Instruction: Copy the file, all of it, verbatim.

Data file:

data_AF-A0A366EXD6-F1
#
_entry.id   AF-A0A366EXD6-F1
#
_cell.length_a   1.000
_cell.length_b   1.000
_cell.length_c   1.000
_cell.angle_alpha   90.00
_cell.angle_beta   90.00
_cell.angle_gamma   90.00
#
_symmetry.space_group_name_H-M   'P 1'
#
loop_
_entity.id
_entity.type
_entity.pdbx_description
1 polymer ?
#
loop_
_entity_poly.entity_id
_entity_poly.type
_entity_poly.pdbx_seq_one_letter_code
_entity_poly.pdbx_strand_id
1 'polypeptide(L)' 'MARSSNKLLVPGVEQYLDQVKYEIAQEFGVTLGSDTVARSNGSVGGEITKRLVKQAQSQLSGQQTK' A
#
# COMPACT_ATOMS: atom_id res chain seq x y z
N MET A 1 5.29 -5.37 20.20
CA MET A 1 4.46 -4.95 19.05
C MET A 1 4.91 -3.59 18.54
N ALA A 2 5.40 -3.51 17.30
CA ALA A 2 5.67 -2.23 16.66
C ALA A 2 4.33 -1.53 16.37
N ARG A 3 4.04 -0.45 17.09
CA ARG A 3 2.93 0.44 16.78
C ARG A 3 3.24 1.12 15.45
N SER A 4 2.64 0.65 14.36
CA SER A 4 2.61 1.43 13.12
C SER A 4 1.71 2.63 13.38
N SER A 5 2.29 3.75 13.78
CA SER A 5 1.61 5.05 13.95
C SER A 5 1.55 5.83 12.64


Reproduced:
data_AF-A0A366EXD6-F1
#
_entry.id   AF-A0A366EXD6-F1
#
_cell.length_a   1.000
_cell.length_b   1.000
_cell.length_c   1.000
_cell.angle_alpha   90.00
_cell.angle_beta   90.00
_cell.angle_gamma   90.00
#
_symmetry.space_group_name_H-M   'P 1'
#
loop_
_entity.id
_entity.type
_entity.pdbx_description
1 polymer ?
#
loop_
_entity_poly.entity_id
_entity_poly.type
_entity_poly.pdbx_seq_one_letter_code
_entity_poly.pdbx_strand_id
1 'polypeptide(L)' 'MARSSNKLLVPGVEQYLDQVKYEIAQEFGVTLGSDTVARSNGSVGGEITKRLVKQAQSQLSGQQTK' A
#
# COMPACT_ATOMS: atom_id res chain seq x y z
N MET A 1 5.29 -5.37 20.20
CA MET A 1 4.46 -4.95 19.05
C MET A 1 4.91 -3.59 18.54
N ALA A 2 5.40 -3.51 17.30
CA ALA A 2 5.67 -2.23 16.66
C ALA A 2 4.33 -1.53 16.37
N ARG A 3 4.04 -0.45 17.09
CA ARG A 3 2.93 0.44 16.78
C ARG A 3 3.24 1.12 15.45
N SER A 4 2.64 0.65 14.36
CA SER A 4 2.61 1.43 13.12
C SER A 4 1.71 2.63 13.38
N SER A 5 2.29 3.75 13.78
CA SER A 5 1.61 5.05 13.95
C SER A 5 1.55 5.83 12.64